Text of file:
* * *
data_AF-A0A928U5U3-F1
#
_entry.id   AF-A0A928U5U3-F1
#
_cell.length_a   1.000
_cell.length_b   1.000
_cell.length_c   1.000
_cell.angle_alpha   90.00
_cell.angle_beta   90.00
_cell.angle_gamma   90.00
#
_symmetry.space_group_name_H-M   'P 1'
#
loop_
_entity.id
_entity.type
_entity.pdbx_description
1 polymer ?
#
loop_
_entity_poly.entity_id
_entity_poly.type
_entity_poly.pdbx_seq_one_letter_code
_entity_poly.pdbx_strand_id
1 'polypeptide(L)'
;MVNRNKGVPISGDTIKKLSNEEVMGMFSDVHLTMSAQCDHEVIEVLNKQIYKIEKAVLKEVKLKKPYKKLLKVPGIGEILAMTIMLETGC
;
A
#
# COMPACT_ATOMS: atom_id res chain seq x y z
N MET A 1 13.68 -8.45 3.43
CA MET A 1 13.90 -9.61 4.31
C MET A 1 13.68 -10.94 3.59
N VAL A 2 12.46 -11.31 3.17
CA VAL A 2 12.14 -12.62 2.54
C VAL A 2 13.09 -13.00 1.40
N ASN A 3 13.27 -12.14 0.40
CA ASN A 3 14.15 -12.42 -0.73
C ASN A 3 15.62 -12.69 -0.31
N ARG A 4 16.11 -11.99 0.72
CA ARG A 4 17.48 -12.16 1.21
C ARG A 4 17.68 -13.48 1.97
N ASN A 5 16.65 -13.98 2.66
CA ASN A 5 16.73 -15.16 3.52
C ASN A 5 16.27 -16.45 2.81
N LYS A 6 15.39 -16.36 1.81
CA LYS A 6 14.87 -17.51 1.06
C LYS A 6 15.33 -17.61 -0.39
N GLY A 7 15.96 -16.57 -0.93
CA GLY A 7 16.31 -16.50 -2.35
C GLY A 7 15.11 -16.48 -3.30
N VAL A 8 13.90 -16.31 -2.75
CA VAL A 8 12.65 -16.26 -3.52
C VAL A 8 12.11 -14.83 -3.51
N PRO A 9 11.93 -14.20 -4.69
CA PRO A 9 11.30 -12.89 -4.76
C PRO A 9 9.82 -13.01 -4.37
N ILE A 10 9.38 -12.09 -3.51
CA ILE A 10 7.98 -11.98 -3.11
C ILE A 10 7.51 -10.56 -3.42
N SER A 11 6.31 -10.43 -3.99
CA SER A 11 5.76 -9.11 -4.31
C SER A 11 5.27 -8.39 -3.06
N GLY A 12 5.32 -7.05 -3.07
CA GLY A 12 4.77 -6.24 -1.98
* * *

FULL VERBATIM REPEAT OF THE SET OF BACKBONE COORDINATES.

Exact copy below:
data_AF-A0A928U5U3-F1
#
_entry.id   AF-A0A928U5U3-F1
#
_cell.length_a   1.000
_cell.length_b   1.000
_cell.length_c   1.000
_cell.angle_alpha   90.00
_cell.angle_beta   90.00
_cell.angle_gamma   90.00
#
_symmetry.space_group_name_H-M   'P 1'
#
loop_
_entity.id
_entity.type
_entity.pdbx_description
1 polymer ?
#
loop_
_entity_poly.entity_id
_entity_poly.type
_entity_poly.pdbx_seq_one_letter_code
_entity_poly.pdbx_strand_id
1 'polypeptide(L)'
;MVNRNKGVPISGDTIKKLSNEEVMGMFSDVHLTMSAQCDHEVIEVLNKQIYKIEKAVLKEVKLKKPYKKLLKVPGIGEILAMTIMLETGC
;
A
#
# COMPACT_ATOMS: atom_id res chain seq x y z
N MET A 1 13.68 -8.45 3.43
CA MET A 1 13.90 -9.61 4.31
C MET A 1 13.68 -10.94 3.59
N VAL A 2 12.46 -11.31 3.17
CA VAL A 2 12.14 -12.62 2.54
C VAL A 2 13.09 -13.00 1.40
N ASN A 3 13.27 -12.14 0.40
CA ASN A 3 14.15 -12.42 -0.73
C ASN A 3 15.62 -12.69 -0.31
N ARG A 4 16.11 -11.99 0.72
CA ARG A 4 17.48 -12.16 1.21
C ARG A 4 17.68 -13.48 1.97
N ASN A 5 16.65 -13.98 2.66
CA ASN A 5 16.73 -15.16 3.52
C ASN A 5 16.27 -16.45 2.81
N LYS A 6 15.39 -16.36 1.81
CA LYS A 6 14.87 -17.51 1.06
C LYS A 6 15.33 -17.61 -0.39
N GLY A 7 15.96 -16.57 -0.93
CA GLY A 7 16.31 -16.50 -2.35
C GLY A 7 15.11 -16.48 -3.30
N VAL A 8 13.90 -16.31 -2.75
CA VAL A 8 12.65 -16.26 -3.52
C VAL A 8 12.11 -14.83 -3.51
N PRO A 9 11.93 -14.20 -4.69
CA PRO A 9 11.30 -12.89 -4.76
C PRO A 9 9.82 -13.01 -4.37
N ILE A 10 9.38 -12.09 -3.51
CA ILE A 10 7.98 -11.98 -3.11
C ILE A 10 7.51 -10.56 -3.42
N SER A 11 6.31 -10.43 -3.99
CA SER A 11 5.76 -9.11 -4.31
C SER A 11 5.27 -8.39 -3.06
N GLY A 12 5.32 -7.05 -3.07
CA GLY A 12 4.77 -6.24 -1.98